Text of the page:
Disclaimer: what you’re about to step into is really depressing and frustrating with no inkling of hope whatsoever. You’ve been warned.

So remember that time I bored you guys to death with the chronicles of my sufferings as I attempted to purchase a Michael Kors and a Balenciaga from eBay?

Me neither.

But it happened, and the story only got more convoluted thereafter. First off, the much-anticipated yellow Balenciaga NEVER arrived. Presumably (from what could be traced from its tracking information), it reached the UK safe and sound from Greece, and then the US as well via the Royal Mail, after nearly three full months of patient waiting. In the US it was handed over to the USPS, who delivered it at the post-box of my agent’s warehouse, and, wait for it, from there, it got stolen! Somebody got really lucky. Or really unlucky, as we’re about to find out.

Balenciaga Yellow City

Now, you might remember why I’d embarked upon this bizarre journey in the first place, which was to initiate a startup in Bangladesh for pre-owned handbags, and my parents called me crazy for even imagining it would work. They still do. Why? We’ll get to it presently, but first, to continue where we’d left off, I’d become pretty much broke from buying the BBag and the MK, and now that the Bal had ended up dematerializing, how was I to navigate the troubled waters of e-commerce with only one purse? Well, weirdly enough, I have two people to thank for it, the first of whom was my (generally erratic) agent, who was gracious enough to lodge a complaint to eBay about the product’s non-arrival. As can be expected, the seller of the Balenciaga was perfectly horrified at the suggestion of a refund. Eventually, however, he (my agent, not the seller, who is probably a really kind and easily-agitated Greek lady) was able to haggle with the USPS and get the money back! And that is the reason I continue to use his services to date, despite his various idiosyncrasies.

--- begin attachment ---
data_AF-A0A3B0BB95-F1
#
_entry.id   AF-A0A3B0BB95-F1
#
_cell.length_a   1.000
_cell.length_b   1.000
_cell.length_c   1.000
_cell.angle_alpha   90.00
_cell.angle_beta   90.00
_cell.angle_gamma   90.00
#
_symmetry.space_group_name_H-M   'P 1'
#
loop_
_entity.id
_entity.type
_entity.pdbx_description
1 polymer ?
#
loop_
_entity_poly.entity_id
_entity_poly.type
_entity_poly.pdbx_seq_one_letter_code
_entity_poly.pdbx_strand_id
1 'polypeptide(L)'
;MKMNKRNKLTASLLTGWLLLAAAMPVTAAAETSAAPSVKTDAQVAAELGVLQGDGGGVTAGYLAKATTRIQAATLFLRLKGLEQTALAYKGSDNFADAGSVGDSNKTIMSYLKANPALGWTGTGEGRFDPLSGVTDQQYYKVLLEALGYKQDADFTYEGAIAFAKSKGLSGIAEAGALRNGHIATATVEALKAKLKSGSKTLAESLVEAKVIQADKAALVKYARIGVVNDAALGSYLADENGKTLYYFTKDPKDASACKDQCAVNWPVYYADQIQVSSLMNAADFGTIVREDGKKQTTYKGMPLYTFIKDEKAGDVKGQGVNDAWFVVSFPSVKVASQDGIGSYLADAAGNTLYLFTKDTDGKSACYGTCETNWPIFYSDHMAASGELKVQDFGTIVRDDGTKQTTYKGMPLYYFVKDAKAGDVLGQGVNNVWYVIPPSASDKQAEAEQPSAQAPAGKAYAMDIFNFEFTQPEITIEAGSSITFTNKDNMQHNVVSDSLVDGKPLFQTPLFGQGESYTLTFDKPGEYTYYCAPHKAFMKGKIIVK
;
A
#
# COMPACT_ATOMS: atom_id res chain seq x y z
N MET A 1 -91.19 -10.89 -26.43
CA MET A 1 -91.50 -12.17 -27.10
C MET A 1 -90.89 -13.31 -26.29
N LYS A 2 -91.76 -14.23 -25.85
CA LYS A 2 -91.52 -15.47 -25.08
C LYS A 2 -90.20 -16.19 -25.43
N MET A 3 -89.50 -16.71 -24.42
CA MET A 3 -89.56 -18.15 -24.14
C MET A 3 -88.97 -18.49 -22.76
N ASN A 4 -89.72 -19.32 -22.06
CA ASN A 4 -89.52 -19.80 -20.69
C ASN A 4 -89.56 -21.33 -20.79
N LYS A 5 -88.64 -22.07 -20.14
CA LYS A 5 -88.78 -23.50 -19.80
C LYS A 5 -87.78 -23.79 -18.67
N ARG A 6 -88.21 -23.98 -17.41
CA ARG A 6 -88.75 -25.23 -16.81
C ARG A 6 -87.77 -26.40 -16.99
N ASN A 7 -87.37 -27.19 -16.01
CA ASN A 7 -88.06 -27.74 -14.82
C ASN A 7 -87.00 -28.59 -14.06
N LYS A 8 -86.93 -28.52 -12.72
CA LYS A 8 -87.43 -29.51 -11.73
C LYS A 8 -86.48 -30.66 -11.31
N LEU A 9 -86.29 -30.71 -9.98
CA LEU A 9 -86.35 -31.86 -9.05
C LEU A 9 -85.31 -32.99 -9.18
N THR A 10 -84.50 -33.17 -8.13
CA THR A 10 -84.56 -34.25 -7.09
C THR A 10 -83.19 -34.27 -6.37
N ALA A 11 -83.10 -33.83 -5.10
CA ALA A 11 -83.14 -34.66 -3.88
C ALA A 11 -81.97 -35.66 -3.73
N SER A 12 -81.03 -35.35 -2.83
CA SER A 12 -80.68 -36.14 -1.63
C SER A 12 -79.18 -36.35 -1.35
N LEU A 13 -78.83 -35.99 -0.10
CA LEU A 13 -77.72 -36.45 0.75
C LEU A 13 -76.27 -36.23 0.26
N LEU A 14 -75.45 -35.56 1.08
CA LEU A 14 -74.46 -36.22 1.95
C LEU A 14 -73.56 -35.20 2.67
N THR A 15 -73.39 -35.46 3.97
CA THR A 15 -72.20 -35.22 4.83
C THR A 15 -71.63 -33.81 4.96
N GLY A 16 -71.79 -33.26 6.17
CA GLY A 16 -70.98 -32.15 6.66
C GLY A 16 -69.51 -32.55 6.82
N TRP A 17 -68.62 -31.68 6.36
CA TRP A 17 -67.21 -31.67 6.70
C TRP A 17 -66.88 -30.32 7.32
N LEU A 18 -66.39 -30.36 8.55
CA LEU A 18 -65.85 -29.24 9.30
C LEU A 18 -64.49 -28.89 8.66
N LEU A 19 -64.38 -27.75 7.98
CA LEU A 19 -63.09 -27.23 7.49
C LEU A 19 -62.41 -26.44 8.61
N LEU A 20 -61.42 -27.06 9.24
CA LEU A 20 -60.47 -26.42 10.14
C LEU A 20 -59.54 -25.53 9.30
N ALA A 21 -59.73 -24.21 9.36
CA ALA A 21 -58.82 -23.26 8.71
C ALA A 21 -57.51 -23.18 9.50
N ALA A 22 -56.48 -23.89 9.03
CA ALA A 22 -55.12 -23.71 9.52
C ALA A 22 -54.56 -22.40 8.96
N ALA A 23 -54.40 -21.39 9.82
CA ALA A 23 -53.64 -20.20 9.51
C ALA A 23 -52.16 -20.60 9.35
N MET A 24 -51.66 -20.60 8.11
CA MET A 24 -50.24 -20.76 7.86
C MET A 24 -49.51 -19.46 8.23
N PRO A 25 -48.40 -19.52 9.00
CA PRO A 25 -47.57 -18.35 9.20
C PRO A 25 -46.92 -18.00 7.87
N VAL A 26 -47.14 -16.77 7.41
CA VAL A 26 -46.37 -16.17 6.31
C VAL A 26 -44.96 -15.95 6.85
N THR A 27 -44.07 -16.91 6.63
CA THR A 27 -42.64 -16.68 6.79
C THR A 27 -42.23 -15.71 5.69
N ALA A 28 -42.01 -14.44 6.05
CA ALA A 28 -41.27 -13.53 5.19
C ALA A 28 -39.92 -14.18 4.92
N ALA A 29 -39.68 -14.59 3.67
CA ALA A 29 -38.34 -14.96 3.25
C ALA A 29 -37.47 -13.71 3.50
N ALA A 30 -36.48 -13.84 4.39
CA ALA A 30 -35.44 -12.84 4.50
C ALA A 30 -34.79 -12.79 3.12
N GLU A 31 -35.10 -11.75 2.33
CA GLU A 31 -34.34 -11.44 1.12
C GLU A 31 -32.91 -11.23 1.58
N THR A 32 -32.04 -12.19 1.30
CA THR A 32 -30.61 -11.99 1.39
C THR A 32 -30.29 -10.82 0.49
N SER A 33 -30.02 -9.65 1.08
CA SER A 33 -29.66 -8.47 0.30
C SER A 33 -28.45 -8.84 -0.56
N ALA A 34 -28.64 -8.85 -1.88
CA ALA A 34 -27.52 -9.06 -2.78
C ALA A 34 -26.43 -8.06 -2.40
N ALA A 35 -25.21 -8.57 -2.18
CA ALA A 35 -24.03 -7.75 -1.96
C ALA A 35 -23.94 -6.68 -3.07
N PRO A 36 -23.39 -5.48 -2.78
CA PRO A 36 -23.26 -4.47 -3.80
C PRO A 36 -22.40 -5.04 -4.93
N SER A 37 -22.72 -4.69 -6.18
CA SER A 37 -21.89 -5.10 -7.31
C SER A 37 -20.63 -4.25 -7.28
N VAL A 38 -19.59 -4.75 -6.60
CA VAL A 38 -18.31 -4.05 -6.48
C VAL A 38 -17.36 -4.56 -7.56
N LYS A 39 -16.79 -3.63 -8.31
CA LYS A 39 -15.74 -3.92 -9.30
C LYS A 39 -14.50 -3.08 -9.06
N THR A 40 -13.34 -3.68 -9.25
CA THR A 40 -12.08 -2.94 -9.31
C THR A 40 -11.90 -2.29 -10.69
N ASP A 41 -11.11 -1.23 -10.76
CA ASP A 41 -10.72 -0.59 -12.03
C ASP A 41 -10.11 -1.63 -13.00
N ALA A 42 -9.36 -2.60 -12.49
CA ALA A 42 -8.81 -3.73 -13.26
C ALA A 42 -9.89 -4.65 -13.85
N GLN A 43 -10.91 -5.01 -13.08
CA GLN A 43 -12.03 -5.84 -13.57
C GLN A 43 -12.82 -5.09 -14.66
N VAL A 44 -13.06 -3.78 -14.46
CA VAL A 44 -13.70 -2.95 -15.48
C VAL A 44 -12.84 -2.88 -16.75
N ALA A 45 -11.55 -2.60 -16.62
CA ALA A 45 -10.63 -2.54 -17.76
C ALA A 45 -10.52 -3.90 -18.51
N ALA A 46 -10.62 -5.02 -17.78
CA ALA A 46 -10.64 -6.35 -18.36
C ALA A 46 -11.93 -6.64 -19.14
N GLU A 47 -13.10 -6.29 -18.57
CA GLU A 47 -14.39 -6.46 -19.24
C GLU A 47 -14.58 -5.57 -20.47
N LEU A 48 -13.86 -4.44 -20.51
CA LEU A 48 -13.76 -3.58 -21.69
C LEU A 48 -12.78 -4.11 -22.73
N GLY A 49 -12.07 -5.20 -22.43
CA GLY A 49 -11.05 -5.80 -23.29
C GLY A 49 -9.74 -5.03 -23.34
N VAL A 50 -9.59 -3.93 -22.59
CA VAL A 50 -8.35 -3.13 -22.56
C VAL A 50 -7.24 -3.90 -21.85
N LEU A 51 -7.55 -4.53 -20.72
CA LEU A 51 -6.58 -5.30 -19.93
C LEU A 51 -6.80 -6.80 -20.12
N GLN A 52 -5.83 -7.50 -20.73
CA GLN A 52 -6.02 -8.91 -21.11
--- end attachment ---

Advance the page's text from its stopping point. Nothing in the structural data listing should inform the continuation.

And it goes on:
After that, however, I’d ended up with a Michael Kors Riley, roughly $111 (yes, that’s what the £49 Balenciaga eventually ended up costing), and an Instagram page with barely 4 followers who weren’t my (equally broke) business partner’s various aliases. How would I be able to purchase more handbags AND promote my page? Well, that’s when my mom stepped in. Given her natural penchant towards shiny, colorful handbags, and the fact that out of sheer stress, I was scrolling through eBay all day (which frankly wasn’t that great of a stress-buster because who wouldn’t like to see all the bags that they can’t afford? Me, apparently), she came across and was immediately enamored by, two handbags from Dolce & Gabbana Denim (a short-lived diffusion line of the Italian fashion house).

Dolce Bag

Unidentified D&G Denim Handbag, someone help me ID this!

And thus began a new era (for my business), one in which my mom invested in sixteen more handbags from various fashion brands, ranging from Coach to Michael Kors and Prada to Marc Jacobs. And with my mom taking charge of the investment, my partner and I began doing promotions, sponsorships word-of-mouth marketing, and even a campaign called Flaunt Your Bag featuring a handbag giveaway! And while we’re at it, we got to explore a lot of different avenues for buying resale as well: we came across another agent who could actually purchase from the US for less, while we ended up sourcing eleven of our sixteen bags from Vinted UK thanks to a UK-based agent!